Shirataki Noodles

You might have seen Shirataki noodles, mostly on the menu of Japanese restaurants. Also called miracle noodles, these low-calorie noodles have become overhyped due to their nutritional value and versatility. 

They are a common staple food in Japanese cuisine and all over Asia. They are pretty much the perfect food for people who may have food allergies or are on special diets.

Made from vegetable fiber, they have a lot to offer as they are gluten-free, keto-friendly, vegan, and have low nutrient content. 

Moreover, it's ideal for lunch and dinner, and you can pair it with any proteins you like. But what are Shirataki noodles? Are they worth the hype? Are they a good fit for you? 

Here's a detailed look at what you should know about Shirataki noodles, including their impressive health benefits and cooking instructions. Read on! 

What are Shirataki Noodles? 

Shirataki noodles, also known as Konjac noodles, are made from 97% water and 3% fiber from the Konjac plants, which is a type of yam. Yes, instead of being made from typical wheat or rice flour, these noodles are actually made from starchy roots of the konjac plants. 

This plant is native to Southeast Asia and China. The plant itself goes by various names, including Konjac yam, elephant yam, snake plant, devil's tongue, konnyaku, and many more names.

Here's a fun fact: The word Shirataki in Japan translates to “White waterfall,” which describes the appearance of the noodles – smooth and translucent! They are low in carbs and calories.

Hence, it's ideal for those who have diabetes, gluten sensitivity or are maintaining their weight. This guilt-free noodle has also been verified by non-GMO projects. 

How are Shirataki Noodles made? 

First, the starchy roots of the Konjac plant are dug up and dried out. The dry Konjac is then processed to make a block called konnyaku and later refined into a powder or flour. 

Next, they are mixed with regular water and a little bit of lime water to hold the shape. Afterward, the dough-like mixture is boiled and sliced into noodle-like shapes. 

Some manufacturers also add calcium hydroxide as a coagulation agent. But the worst part is that it's responsible for the lingering funky smell of the noodles.

Shirataki Noodles Nutrition Facts

The nutritional content of shirataki noodles is what makes them unique from other types of noodles. As we said, they mostly water with some fiber. This means they have relatively little nutritional value – for better or worse. 

As mentioned in the US Department of Agriculture, a one-ounce serving, i.e., 224 grams of Shirataki noodles, contains the following: 

Nutrition  Content 
Protein 0 g
Calories 20 g
Carbohydrates 6 g
Energy  20 kcal
Fats  0 g
Calcium  40 mg
Fiber 6 g
Sugar  0 g
Cholesterol 0 g

However, note that these nutritional values may vary depending on the manufacturers.

So, is Shirataki Noodle Really Healthy? 

Considering the above nutritional facts, do you think they are healthy? 

Some people claim Shirataki noodles are healthy because they contain no nutritional content. The carbohydrates present in the noodles are water-soluble fiber, which isn't digestible. This means it doesn't contribute to your daily net carb count. 

Moreover, they are:

  • Keto-friendly
  • Gluten-free
  • 100% vegan 
  • Exceptionally low in calories

The most common health benefit of shirataki noodles is that they can be used as a food substitute. Interestingly, glucomannan powder can be used as a thickener in smoothies or instead of xanthan gum.

What’s more, if you are on a ketogenic diet, you may enjoy noodles as a substitute for high-carb food.

What are Shirataki Noodles Good For? – Health benefits 

The first thing to keep in mind is that most of the benefits of Konjac noodles come from their soluble fiber, Glucomannan.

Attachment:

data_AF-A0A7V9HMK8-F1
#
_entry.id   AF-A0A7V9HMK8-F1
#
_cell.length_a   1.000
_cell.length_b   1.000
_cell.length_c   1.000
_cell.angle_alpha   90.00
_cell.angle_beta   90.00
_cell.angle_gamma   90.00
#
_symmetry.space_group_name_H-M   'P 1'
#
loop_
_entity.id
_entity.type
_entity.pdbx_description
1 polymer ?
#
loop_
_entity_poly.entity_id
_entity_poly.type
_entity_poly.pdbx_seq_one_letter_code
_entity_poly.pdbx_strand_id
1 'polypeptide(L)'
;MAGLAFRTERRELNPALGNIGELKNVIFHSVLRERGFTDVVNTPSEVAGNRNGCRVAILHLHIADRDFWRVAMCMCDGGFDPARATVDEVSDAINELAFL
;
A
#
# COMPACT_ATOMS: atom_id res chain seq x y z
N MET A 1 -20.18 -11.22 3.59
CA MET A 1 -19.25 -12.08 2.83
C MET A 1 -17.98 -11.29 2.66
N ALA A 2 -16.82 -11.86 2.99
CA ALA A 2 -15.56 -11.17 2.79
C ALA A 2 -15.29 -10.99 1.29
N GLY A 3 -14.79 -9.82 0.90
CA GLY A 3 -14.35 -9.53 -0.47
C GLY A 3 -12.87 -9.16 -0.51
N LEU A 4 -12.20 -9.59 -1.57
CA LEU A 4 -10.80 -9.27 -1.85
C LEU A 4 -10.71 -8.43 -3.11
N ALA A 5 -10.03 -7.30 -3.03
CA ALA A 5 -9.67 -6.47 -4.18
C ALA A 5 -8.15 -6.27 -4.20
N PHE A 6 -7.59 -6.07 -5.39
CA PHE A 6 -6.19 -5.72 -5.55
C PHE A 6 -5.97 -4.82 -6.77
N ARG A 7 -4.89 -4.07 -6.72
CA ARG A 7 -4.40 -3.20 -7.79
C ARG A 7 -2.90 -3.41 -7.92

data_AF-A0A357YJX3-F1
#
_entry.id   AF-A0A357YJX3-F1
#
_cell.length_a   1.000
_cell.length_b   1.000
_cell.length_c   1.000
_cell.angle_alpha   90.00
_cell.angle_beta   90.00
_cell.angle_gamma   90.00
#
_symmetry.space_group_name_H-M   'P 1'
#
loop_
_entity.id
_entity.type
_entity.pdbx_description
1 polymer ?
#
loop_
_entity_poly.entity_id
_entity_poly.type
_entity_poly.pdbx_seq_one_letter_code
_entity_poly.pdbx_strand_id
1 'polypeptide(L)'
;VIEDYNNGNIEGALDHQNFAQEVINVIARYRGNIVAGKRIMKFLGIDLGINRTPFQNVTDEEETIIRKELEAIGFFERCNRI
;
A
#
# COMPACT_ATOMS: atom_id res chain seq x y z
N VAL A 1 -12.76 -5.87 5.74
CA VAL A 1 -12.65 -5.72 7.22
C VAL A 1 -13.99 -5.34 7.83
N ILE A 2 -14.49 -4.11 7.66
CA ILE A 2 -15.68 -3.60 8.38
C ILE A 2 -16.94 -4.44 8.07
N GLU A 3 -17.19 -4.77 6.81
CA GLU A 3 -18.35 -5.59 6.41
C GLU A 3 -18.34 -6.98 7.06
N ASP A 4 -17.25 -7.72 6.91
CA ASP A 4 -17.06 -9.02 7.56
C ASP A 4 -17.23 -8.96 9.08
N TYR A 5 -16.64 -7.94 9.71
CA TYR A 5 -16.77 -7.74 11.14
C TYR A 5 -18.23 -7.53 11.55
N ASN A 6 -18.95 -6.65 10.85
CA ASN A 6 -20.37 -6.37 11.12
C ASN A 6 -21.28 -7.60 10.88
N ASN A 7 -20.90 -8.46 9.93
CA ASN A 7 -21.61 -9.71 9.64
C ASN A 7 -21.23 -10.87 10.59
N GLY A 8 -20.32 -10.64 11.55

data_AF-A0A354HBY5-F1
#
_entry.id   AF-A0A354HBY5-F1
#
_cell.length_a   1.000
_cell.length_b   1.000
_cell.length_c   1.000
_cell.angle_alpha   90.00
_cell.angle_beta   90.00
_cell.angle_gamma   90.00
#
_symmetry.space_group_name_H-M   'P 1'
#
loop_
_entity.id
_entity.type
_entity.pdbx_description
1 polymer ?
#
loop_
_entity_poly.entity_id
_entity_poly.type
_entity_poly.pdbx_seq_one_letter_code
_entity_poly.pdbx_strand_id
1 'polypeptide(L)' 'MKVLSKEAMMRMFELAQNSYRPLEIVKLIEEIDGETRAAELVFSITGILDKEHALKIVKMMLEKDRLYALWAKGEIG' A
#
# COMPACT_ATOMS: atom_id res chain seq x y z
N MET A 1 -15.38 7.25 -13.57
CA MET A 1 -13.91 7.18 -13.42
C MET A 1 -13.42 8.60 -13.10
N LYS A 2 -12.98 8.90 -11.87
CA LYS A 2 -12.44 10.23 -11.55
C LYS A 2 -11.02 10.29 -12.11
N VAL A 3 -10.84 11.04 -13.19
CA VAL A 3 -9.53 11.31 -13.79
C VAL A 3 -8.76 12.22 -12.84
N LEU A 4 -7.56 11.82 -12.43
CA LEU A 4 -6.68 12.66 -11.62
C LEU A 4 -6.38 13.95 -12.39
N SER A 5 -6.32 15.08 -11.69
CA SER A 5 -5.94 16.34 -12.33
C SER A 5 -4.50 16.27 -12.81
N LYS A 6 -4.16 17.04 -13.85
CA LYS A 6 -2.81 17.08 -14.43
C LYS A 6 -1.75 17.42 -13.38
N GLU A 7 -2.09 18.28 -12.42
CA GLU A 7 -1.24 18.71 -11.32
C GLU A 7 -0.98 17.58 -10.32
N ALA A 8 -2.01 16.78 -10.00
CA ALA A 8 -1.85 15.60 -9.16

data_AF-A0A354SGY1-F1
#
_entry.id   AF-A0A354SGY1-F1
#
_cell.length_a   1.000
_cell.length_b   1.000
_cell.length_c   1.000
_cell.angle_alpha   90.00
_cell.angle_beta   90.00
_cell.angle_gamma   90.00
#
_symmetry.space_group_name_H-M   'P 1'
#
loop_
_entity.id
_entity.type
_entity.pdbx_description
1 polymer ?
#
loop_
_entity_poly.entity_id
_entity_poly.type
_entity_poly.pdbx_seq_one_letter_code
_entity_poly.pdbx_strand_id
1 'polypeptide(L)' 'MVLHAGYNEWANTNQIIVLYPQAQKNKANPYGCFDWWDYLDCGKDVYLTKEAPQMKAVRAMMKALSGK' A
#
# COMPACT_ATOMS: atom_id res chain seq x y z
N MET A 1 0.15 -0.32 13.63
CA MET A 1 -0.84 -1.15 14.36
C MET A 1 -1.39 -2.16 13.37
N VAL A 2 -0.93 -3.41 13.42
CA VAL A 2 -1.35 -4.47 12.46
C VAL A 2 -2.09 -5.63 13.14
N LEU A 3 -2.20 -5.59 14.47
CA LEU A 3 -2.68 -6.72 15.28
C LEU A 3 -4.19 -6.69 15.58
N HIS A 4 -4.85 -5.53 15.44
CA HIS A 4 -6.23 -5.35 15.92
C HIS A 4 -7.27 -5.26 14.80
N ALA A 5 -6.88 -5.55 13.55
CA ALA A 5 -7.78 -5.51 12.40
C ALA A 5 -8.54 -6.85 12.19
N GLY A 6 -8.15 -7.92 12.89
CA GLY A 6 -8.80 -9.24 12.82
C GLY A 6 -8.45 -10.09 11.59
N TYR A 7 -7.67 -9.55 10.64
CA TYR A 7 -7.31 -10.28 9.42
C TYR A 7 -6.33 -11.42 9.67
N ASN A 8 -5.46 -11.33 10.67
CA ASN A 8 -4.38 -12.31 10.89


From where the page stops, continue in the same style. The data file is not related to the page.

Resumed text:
Let’s explore the common health benefits of Miracle noodles: 

i) Aid in weight management:

Since shirataki noodles are low in carbs and calories, they are great for people who want to lose weight. In fact, there's scientific evidence that the glucomannan present in miracle noodles can help promote weight loss. 

Further, a systematic analysis published in Obesity Medicine discovered a link between Glucomannan and weight loss in people with obese and overweight adults. 

Another interesting point is that konjac glucomannan is a type of water-soluble fiber. That means it can help increase satiety (the feeling of being full) and, in turn, help in reducing weight. 

ii) Helps in diabetes: 

People with diabetes also benefit from shirataki noodles because they help stabilize blood sugar fluctuation. The presence of Glucomannan in low-calorie noodles slows digestion and regulates the release of glucose. This regulation can prevent possible spikes in blood glucose levels.  

In one small study, eating konjac products (such as shirataki noodles) for 12 weeks resulted in a significant drop in fasting blood sugar levels and hemoglobin A1C, a long-term blood sugar measure, in those with type 2 diabetes. 

Since shirataki noodles have a low glycemic index, consuming them won't result in a blood sugar spike. Because of this, people who have type 2 diabetes, metabolic syndrome, or prediabetes who may need to limit their carbs intake may find them to be a valuable food.

iii) Improves gut health: 

The soluble fiber known as Glucomannan, which is present in the shirataki noodles, acts as a prebiotic. For those who are unaware, prebiotics are substances that feed beneficial bacteria.

Here, Glucomannan boosts the growth and activity of good bacteria in your intestine. This, in turn, supports better gut health. Research says this fiber does not break down in the stomach, so it can be a good food source for your gut flora. 

iv) Lowers cholesterol: 

Cholesterol is a waxy material that may accumulate in the walls of the arteries. This causes the narrowing of the blood vessels, forcing the heart to work harder and pump blood throughout the body.

As you may know, high cholesterol is a major risk factor for coronary heart disease. So, making dietary changes is the best approach to keep your cholesterol levels in check.

Here, the glucomannan fiber present in the Konjac noodles may help reduce your cholesterol levels and minimize the risk of cardiovascular disease. 

Studies have shown that Glucomannan reduces the level of cholesterol re-absorbed into the bloodstream. It does so by increasing its elimination through the poop (feces). 

A systematic review in The American Journal of Clinical Nutrition discovered that eating roughly 3 grams of glucomannan fiber per day induced a 10% reduction in low-density lipoprotein (LDL).

v) Boosts digestion and bowel movement: 

As with other types of soluble fiber, keto-friendly noodles can help with your digestion and promote regular bowel movement.

This is helpful for those who suffer from frequent constipation or want to increase their fiber intake in order to improve their overall digestion